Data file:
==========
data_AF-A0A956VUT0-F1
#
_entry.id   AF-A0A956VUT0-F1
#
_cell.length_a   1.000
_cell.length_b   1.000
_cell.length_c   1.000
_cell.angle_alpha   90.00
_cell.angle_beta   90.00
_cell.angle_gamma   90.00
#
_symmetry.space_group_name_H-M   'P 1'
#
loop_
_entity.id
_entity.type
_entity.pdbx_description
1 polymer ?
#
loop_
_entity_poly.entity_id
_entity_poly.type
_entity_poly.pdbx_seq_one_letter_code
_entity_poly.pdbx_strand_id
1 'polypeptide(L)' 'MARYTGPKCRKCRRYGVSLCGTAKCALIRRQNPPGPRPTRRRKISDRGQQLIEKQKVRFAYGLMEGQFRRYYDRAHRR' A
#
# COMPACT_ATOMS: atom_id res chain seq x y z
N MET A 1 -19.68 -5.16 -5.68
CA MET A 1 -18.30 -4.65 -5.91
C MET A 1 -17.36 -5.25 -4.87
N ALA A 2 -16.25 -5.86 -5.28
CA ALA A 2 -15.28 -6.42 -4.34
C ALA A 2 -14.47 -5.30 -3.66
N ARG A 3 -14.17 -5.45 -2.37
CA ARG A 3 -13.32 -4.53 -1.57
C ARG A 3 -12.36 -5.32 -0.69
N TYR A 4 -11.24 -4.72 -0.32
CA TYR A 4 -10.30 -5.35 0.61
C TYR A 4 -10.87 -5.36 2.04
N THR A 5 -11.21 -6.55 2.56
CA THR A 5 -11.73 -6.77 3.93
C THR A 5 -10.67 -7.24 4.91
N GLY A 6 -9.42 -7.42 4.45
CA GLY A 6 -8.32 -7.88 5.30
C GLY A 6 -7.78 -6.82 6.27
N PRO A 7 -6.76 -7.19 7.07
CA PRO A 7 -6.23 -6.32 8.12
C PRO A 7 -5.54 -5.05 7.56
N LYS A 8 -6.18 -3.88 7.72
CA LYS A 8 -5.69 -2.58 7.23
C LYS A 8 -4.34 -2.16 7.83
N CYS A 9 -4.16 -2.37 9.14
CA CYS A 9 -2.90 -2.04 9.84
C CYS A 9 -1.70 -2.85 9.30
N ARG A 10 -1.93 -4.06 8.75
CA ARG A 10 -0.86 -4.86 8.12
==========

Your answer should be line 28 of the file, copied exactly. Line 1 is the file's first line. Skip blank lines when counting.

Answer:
N MET A 1 -19.68 -5.16 -5.68